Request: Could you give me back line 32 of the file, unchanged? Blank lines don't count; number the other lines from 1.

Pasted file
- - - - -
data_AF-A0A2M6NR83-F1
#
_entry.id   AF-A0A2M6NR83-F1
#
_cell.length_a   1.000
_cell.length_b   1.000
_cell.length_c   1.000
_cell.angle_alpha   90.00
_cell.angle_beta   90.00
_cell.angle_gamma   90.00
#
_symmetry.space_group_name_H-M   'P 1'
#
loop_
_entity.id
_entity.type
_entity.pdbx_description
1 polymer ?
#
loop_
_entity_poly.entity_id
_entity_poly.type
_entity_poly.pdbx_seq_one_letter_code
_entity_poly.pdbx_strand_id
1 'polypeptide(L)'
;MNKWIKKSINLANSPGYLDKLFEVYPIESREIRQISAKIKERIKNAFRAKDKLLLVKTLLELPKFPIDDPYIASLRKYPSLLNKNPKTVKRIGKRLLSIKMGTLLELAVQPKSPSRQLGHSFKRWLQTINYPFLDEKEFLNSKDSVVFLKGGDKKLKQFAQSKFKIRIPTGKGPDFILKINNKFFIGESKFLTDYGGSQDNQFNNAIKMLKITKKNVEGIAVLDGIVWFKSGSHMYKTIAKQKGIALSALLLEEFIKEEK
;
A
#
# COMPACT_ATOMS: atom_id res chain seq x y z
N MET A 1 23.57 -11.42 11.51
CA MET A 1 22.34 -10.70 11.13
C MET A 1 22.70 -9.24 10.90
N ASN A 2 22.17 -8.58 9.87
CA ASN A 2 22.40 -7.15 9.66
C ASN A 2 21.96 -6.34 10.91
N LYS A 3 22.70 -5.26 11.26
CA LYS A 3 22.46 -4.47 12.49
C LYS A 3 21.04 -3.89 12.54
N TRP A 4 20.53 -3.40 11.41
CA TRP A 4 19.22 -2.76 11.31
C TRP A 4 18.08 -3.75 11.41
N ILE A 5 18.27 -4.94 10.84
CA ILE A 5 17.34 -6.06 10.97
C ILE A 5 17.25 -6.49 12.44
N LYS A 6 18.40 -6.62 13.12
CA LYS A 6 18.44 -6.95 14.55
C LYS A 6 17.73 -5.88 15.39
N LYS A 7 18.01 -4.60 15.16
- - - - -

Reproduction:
CA MET A 1 22.34 -10.70 11.13